Almost every time we hear the word ‘efficiency’ used to describe a timber building, it concerns the energetical aspect. One of the most important and interesting aspects of the timber engineering process, however, is the analysis of the material’s structural efficiency, that is the optimization of the strength/production costs ratio.
To this purpose, it is very useful to make use of valid finite elements modelling softwares, especially for composite or particularly complex sections. Using the structural analysis software Dlubal RFEM, we have recently analysed the optimization of a slab composed of glulam beams joined to a CLT plate by means of screws. This experience, which led to a final saving in costs and production timings of about 20%, was exemplary of the real advantages of a bigger investment during the design process.
Briefly recalling the main stages of the analysis of the structure pictured above, the first step was generating a correct model, both geometrically and mechanically; to this purpose, we:
Then the tensile forces perpendicular to the direction of the grain were calculated, in proximity to the circular hole, and the eventual interactions with the saw-cut were evaluated. As regards dimensioning and testing of the reinforcement screws, the software’s indications were graphically and numerically aligned to the regulations (the diagram shows how the stress peaks are concentrated in areas which are rotated circa 45 degrees from the beam’s axis). The optimisation was therefore focused on finding the maximum dimension of the hole and its position in relation to, respectively, the beam’s dimensions and the position of the cut.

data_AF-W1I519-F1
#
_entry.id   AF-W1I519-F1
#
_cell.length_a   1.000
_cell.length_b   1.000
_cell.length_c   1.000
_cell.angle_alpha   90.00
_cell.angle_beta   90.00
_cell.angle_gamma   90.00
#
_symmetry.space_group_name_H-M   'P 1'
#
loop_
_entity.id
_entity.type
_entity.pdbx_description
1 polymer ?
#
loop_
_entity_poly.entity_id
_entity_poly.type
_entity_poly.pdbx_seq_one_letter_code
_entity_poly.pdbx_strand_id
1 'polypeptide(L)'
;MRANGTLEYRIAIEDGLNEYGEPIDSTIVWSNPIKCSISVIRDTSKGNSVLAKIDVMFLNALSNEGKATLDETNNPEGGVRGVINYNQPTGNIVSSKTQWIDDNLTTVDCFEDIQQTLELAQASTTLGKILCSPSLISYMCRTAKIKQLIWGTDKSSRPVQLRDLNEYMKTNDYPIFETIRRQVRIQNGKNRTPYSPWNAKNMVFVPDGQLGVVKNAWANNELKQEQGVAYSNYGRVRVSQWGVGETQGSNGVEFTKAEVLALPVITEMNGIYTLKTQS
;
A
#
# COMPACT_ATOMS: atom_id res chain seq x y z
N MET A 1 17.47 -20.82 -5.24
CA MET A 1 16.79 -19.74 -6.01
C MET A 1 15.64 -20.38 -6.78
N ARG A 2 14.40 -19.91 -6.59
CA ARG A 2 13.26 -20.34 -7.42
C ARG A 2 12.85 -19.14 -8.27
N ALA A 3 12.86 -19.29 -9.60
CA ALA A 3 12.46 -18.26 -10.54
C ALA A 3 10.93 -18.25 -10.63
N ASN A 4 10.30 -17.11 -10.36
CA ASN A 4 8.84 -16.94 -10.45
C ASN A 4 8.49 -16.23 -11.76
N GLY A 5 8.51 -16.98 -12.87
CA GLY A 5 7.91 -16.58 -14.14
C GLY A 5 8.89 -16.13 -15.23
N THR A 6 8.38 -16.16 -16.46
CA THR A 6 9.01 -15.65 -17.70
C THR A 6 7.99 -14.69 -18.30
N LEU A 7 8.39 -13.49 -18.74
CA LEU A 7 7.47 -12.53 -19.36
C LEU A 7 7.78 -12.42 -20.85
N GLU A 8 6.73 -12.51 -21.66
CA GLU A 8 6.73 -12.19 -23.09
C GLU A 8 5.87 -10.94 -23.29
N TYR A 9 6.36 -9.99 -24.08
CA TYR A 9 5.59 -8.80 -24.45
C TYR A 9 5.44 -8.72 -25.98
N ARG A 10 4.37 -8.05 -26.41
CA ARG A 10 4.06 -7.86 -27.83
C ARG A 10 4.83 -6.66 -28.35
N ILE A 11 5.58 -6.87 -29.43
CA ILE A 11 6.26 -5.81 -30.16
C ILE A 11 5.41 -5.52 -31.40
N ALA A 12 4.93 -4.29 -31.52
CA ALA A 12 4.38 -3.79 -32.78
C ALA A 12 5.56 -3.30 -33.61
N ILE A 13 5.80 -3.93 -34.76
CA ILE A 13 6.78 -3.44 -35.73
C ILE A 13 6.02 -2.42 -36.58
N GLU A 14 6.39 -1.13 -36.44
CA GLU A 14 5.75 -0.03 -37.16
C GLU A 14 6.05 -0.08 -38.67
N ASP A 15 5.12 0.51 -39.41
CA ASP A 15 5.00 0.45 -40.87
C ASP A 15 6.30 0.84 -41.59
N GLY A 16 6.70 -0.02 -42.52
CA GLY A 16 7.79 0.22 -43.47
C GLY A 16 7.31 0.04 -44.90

The main work focused, then, on the optimisation of connections. They represent one of the elements that most influence this kind of structures, in terms of both mechanical response (they affect the grade of interaction among connected items) and costs (raw materials and construction timing).
Once the connector had been chosen, the target was to calculate the minimum number needed to guarantee the required strength and to follow the strain limits imposed by the regulations. Therefore, we focused on the number of segments to divide the beam in and on the center-to-center distance of the screws in each segment.
At this stage, the software proved itself to be a fundamental resource, for at least three reasons:
Finally, it is important to emphasize that the present paper aims to inform about the advantages of a correct and in-depth design process, and not to promote a blind faith in the modelling software. In fact, although it is a powerful support in design, a software could never take over the designer, that still bears the responsibility to control and critically examine the obtained results.